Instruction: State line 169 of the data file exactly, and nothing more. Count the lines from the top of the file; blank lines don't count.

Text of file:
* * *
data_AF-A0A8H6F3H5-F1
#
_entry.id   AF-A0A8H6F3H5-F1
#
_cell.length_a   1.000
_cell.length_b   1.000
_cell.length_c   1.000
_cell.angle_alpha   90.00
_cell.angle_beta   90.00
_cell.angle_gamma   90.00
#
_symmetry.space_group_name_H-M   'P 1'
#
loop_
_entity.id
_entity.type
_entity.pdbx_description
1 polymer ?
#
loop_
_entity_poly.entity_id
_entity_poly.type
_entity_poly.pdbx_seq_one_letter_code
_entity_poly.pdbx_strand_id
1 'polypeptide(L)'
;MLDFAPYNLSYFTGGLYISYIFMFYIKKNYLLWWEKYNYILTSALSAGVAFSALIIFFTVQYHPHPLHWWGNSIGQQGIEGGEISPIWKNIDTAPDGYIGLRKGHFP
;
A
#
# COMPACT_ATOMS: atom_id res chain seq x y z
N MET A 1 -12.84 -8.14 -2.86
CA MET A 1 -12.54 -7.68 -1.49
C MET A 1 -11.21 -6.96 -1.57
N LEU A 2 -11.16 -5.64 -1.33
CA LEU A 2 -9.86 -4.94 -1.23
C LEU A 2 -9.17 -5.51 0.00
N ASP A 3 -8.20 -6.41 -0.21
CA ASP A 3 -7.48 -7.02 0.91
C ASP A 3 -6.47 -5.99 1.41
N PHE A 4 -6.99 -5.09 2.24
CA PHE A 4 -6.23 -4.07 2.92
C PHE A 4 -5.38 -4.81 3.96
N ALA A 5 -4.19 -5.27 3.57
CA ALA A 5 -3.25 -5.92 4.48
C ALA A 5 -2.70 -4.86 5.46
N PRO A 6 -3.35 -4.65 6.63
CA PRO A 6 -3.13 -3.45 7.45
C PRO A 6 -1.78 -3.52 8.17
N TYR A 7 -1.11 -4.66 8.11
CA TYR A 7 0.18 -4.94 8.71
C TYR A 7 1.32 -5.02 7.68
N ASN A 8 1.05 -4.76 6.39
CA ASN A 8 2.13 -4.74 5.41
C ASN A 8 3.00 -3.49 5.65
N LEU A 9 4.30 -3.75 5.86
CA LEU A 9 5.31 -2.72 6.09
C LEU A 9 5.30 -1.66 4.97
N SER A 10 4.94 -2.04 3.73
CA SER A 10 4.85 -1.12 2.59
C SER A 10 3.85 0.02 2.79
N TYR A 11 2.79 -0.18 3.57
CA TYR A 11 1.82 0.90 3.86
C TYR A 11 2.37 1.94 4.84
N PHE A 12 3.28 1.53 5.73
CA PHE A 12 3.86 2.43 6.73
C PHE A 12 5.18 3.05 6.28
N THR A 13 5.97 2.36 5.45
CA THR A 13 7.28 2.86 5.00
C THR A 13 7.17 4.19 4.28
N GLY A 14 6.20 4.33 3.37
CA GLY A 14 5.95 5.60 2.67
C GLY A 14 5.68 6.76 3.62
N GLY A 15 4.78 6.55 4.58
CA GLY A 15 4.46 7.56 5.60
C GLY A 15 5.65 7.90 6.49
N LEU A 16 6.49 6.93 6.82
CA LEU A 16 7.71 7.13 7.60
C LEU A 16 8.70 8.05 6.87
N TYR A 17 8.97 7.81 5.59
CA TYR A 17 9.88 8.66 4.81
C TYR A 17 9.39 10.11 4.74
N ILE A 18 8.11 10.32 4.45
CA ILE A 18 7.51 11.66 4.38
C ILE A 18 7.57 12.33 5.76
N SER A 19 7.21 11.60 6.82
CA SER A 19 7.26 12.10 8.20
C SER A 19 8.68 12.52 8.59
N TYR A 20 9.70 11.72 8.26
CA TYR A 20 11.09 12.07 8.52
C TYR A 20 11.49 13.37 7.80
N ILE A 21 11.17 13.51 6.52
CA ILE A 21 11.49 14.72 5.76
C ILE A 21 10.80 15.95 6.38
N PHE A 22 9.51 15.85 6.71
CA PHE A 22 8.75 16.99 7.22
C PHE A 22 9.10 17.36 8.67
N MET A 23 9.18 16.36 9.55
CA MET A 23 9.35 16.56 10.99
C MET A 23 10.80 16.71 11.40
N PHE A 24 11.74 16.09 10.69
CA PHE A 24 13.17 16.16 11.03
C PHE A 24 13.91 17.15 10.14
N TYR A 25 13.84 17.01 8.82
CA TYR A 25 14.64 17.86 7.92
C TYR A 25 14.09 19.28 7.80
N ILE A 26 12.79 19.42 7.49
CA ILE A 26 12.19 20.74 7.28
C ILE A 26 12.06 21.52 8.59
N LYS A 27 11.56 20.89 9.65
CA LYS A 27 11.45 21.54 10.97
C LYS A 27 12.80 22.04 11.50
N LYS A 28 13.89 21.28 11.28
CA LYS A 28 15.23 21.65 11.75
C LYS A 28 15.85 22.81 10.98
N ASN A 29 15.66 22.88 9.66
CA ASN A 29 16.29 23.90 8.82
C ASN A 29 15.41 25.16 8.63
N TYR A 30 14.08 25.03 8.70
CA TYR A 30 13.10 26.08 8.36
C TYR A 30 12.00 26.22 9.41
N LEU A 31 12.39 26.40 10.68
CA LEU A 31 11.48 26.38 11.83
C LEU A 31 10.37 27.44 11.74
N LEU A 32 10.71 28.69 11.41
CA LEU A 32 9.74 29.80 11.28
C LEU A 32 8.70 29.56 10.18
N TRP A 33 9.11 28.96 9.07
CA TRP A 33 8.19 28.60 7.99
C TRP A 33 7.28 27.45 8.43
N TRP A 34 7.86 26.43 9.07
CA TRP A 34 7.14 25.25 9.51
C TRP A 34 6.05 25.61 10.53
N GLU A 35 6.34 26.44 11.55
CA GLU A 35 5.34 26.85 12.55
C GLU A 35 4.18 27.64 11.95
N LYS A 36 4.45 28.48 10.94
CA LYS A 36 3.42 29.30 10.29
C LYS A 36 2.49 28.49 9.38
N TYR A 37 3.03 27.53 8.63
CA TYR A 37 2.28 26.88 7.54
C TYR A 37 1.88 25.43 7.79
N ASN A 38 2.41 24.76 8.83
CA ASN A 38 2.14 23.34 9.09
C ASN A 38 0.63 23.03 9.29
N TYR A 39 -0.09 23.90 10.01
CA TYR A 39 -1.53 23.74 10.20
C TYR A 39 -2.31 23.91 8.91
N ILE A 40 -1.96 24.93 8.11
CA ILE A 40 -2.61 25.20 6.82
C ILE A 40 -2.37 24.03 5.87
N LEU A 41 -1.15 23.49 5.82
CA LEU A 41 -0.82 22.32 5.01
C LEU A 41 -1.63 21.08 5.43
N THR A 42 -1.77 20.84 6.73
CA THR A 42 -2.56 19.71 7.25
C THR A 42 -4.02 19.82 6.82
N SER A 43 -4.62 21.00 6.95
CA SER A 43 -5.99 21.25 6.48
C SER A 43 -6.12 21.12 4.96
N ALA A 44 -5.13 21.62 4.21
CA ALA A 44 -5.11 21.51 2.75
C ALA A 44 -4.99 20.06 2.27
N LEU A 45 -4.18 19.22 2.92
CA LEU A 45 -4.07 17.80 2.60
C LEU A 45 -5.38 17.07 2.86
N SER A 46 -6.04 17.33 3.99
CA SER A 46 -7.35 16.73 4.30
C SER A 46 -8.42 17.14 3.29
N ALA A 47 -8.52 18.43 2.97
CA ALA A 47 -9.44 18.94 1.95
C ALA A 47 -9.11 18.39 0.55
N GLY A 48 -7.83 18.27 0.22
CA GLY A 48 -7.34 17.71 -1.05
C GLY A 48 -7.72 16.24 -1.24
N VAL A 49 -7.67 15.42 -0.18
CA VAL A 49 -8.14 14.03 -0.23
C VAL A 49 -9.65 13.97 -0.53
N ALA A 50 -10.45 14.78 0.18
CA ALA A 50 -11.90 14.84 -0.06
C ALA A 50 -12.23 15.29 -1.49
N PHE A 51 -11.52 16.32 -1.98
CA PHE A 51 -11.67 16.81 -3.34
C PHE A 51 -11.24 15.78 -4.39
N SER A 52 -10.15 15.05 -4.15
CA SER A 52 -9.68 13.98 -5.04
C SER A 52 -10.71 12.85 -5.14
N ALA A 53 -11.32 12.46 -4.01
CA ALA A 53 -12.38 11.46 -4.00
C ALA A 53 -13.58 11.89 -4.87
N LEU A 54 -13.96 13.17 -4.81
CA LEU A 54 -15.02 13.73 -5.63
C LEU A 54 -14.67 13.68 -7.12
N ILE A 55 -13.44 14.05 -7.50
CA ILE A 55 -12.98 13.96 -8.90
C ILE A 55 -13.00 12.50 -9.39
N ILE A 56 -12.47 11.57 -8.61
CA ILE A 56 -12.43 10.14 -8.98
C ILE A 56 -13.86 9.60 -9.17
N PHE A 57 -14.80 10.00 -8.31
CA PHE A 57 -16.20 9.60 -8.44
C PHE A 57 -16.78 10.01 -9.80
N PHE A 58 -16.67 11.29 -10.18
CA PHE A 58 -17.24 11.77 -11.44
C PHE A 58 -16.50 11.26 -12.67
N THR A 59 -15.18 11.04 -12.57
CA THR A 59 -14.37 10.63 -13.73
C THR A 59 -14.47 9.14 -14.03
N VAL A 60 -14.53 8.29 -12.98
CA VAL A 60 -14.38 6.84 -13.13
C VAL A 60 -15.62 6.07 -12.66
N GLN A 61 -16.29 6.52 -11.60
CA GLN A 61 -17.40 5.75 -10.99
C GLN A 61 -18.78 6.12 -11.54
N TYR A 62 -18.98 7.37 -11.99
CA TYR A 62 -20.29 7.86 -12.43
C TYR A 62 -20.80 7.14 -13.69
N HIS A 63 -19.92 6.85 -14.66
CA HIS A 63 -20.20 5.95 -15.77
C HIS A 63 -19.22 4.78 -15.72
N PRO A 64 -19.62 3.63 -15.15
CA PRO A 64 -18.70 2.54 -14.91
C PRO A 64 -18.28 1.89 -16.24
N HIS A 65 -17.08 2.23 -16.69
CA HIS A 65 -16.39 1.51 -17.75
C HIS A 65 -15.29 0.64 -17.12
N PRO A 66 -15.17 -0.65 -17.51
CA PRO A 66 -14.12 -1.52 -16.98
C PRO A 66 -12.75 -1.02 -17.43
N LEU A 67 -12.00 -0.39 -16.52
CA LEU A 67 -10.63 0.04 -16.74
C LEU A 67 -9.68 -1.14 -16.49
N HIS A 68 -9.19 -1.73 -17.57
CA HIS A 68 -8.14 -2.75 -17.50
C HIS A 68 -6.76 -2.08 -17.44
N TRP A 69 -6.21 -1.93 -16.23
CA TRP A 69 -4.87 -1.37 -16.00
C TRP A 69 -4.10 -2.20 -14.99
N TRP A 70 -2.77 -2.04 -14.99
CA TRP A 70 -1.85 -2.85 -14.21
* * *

N ALA A 47 -8.52 18.43 2.97